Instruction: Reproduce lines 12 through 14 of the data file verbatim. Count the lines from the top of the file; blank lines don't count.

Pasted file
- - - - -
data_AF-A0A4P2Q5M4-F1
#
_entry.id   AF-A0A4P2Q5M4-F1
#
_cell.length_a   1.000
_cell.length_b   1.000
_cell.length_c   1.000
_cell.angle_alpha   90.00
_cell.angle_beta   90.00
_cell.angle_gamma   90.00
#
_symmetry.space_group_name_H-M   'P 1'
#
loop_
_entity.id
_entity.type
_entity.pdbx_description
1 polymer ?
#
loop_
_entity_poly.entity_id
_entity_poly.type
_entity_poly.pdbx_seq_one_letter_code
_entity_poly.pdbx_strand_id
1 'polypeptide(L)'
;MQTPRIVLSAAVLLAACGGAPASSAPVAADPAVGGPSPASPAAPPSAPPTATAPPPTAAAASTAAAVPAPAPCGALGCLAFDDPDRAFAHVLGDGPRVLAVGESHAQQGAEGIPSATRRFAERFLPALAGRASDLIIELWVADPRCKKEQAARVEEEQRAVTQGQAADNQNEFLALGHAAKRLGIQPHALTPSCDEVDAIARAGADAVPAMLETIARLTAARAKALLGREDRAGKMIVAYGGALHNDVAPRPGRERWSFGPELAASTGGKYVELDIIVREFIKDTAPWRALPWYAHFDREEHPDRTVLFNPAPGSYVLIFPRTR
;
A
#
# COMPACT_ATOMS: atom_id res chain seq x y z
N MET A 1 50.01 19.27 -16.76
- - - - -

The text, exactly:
_symmetry.space_group_name_H-M   'P 1'
#
loop_